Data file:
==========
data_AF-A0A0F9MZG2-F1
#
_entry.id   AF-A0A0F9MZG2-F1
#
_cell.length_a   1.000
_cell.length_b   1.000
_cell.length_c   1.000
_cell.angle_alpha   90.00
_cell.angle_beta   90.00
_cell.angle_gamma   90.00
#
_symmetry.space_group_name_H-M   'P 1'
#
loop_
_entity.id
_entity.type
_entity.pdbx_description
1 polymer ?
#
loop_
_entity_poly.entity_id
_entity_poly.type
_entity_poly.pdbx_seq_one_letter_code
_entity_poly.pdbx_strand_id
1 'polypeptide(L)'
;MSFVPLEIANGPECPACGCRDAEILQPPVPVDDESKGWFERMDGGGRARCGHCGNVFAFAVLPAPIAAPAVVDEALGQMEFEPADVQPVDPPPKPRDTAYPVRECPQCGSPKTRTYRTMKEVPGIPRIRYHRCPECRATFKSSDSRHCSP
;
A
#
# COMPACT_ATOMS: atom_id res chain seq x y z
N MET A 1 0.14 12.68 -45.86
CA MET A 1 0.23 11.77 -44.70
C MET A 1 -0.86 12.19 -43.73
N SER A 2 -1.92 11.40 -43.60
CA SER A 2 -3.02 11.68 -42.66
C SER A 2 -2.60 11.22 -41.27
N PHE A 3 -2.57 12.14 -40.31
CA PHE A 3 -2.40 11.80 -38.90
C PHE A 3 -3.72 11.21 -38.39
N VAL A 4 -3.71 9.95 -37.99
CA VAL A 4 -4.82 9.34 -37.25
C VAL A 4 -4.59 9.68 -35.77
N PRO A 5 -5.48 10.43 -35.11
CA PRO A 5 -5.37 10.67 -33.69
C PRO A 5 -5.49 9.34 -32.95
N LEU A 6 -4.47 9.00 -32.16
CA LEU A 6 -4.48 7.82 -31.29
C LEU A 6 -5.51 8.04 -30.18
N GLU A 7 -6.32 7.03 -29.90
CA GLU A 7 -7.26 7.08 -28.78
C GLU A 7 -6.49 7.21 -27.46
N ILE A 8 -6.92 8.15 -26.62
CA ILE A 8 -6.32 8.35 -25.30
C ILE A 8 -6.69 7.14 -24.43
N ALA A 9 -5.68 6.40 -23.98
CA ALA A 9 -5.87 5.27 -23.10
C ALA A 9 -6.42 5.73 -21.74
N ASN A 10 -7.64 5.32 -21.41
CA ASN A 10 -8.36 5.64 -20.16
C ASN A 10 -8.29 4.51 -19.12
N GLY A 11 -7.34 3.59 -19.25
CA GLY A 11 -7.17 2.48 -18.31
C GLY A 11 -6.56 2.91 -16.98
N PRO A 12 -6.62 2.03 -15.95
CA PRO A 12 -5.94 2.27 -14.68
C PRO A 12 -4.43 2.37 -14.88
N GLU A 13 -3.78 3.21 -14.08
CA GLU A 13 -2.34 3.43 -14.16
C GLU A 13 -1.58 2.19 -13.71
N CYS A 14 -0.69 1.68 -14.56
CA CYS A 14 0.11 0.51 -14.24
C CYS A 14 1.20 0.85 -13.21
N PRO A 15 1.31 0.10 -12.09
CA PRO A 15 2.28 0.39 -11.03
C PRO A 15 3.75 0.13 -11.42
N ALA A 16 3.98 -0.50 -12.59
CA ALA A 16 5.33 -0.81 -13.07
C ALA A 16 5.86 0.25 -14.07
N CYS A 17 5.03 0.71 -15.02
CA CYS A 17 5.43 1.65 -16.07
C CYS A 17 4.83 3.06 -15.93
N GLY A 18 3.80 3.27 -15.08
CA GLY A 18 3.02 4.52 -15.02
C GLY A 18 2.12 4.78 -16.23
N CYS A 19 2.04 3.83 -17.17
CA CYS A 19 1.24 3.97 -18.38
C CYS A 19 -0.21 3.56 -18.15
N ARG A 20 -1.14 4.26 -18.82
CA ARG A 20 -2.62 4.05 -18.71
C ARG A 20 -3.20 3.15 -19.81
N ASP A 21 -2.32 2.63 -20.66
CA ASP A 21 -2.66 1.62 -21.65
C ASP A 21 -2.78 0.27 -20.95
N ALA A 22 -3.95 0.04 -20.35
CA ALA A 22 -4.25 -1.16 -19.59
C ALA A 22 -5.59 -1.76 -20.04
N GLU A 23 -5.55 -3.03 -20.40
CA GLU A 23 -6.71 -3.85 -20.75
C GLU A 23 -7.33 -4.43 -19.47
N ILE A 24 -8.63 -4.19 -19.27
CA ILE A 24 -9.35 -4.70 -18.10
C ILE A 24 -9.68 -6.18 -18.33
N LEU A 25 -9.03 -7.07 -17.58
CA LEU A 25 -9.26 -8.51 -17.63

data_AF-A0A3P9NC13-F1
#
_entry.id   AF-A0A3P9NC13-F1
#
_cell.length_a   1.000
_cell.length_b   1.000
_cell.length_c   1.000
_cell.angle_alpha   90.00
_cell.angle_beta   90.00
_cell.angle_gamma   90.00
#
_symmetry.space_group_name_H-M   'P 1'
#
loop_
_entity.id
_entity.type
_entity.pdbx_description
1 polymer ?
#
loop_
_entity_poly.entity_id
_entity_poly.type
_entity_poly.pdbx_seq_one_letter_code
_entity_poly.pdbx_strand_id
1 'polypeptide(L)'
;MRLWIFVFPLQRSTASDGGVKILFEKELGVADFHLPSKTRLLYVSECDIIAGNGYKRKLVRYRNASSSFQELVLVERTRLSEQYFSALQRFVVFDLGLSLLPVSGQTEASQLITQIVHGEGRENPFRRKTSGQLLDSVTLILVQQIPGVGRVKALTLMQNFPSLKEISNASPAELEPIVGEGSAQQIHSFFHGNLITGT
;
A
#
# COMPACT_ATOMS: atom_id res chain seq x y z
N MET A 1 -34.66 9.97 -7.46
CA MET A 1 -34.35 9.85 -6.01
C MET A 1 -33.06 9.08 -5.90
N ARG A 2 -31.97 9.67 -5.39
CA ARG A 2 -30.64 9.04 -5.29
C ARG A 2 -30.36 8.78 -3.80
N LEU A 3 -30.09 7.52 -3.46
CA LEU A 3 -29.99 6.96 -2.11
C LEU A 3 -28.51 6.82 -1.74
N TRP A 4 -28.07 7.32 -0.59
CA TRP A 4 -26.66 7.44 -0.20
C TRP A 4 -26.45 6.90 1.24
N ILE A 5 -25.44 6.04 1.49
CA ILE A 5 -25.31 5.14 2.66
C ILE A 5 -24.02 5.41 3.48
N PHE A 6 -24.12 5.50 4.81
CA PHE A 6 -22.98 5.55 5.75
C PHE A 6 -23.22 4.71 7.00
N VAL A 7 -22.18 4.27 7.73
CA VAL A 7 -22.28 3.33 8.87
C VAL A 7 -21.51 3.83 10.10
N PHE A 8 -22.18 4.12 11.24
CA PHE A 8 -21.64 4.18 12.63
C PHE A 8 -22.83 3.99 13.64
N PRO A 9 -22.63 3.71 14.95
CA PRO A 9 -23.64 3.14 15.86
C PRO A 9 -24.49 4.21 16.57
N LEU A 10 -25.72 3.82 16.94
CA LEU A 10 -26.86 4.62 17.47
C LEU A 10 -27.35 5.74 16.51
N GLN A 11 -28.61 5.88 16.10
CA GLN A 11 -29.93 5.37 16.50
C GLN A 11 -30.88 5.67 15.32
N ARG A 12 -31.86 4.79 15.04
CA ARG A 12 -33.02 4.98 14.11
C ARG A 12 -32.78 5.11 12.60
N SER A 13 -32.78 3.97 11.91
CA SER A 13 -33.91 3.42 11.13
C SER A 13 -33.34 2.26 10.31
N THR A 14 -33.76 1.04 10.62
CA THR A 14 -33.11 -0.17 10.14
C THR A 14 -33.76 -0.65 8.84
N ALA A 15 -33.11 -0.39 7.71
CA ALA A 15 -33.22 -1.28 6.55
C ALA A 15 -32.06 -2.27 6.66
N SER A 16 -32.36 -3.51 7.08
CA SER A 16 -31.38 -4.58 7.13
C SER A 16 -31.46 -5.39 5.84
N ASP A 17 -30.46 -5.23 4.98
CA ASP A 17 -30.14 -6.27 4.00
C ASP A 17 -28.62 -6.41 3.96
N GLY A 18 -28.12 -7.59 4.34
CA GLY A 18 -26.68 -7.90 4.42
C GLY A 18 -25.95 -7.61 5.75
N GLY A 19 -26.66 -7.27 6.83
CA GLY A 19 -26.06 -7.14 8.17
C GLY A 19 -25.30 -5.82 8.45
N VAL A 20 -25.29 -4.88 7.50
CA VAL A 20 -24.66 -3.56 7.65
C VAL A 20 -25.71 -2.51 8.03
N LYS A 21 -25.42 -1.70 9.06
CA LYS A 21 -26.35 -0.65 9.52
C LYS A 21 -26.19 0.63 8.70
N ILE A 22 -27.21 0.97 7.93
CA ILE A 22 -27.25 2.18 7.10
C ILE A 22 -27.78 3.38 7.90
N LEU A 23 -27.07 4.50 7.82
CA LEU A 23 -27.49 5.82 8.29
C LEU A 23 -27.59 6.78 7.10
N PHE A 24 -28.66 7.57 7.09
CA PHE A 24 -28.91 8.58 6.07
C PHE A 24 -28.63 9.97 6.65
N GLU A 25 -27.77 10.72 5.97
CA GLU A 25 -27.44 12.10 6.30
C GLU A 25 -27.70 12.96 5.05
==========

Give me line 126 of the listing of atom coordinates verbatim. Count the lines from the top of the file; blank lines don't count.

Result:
_entity_poly.type